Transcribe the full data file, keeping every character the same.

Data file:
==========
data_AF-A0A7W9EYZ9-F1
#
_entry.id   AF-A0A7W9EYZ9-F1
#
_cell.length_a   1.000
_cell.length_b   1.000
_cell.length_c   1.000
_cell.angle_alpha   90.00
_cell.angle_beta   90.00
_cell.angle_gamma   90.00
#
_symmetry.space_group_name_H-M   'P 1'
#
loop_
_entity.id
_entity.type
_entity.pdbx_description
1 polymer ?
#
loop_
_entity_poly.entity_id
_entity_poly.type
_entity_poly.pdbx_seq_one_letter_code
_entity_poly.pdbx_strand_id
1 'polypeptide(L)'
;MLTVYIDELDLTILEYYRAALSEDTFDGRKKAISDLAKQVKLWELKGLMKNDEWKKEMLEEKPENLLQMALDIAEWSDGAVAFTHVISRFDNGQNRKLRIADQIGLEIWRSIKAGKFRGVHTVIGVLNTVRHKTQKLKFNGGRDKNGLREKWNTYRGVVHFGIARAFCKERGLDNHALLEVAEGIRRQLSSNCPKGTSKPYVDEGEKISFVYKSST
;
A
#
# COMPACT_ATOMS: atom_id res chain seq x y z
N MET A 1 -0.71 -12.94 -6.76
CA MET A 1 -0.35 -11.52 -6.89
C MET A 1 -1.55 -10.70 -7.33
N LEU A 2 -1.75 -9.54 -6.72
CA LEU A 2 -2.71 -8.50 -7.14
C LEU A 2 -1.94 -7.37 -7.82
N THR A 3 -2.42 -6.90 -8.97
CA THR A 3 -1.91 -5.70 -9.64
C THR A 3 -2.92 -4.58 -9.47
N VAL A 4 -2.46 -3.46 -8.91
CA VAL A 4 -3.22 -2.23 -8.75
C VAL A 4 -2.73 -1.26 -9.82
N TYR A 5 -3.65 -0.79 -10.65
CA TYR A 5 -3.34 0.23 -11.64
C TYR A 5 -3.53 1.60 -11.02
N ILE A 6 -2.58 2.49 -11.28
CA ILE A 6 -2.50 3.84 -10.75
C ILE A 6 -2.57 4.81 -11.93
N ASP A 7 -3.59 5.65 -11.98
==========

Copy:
data_AF-A0A7W9EYZ9-F1
#
_entry.id   AF-A0A7W9EYZ9-F1
#
_cell.length_a   1.000
_cell.length_b   1.000
_cell.length_c   1.000
_cell.angle_alpha   90.00
_cell.angle_beta   90.00
_cell.angle_gamma   90.00
#
_symmetry.space_group_name_H-M   'P 1'
#
loop_
_entity.id
_entity.type
_entity.pdbx_description
1 polymer ?
#
loop_
_entity_poly.entity_id
_entity_poly.type
_entity_poly.pdbx_seq_one_letter_code
_entity_poly.pdbx_strand_id
1 'polypeptide(L)'
;MLTVYIDELDLTILEYYRAALSEDTFDGRKKAISDLAKQVKLWELKGLMKNDEWKKEMLEEKPENLLQMALDIAEWSDGAVAFTHVISRFDNGQNRKLRIADQIGLEIWRSIKAGKFRGVHTVIGVLNTVRHKTQKLKFNGGRDKNGLREKWNTYRGVVHFGIARAFCKERGLDNHALLEVAEGIRRQLSSNCPKGTSKPYVDEGEKISFVYKSST
;
A
#
# COMPACT_ATOMS: atom_id res chain seq x y z
N MET A 1 -0.71 -12.94 -6.76
CA MET A 1 -0.35 -11.52 -6.89
C MET A 1 -1.55 -10.70 -7.33
N LEU A 2 -1.75 -9.54 -6.72
CA LEU A 2 -2.71 -8.50 -7.14
C LEU A 2 -1.94 -7.37 -7.82
N THR A 3 -2.42 -6.90 -8.97
CA THR A 3 -1.91 -5.70 -9.64
C THR A 3 -2.92 -4.58 -9.47
N VAL A 4 -2.46 -3.46 -8.91
CA VAL A 4 -3.22 -2.23 -8.75
C VAL A 4 -2.73 -1.26 -9.82
N TYR A 5 -3.65 -0.79 -10.65
CA TYR A 5 -3.34 0.23 -11.64
C TYR A 5 -3.53 1.60 -11.02
N ILE A 6 -2.58 2.49 -11.28
CA ILE A 6 -2.50 3.84 -10.75
C ILE A 6 -2.57 4.81 -11.93
N ASP A 7 -3.59 5.65 -11.98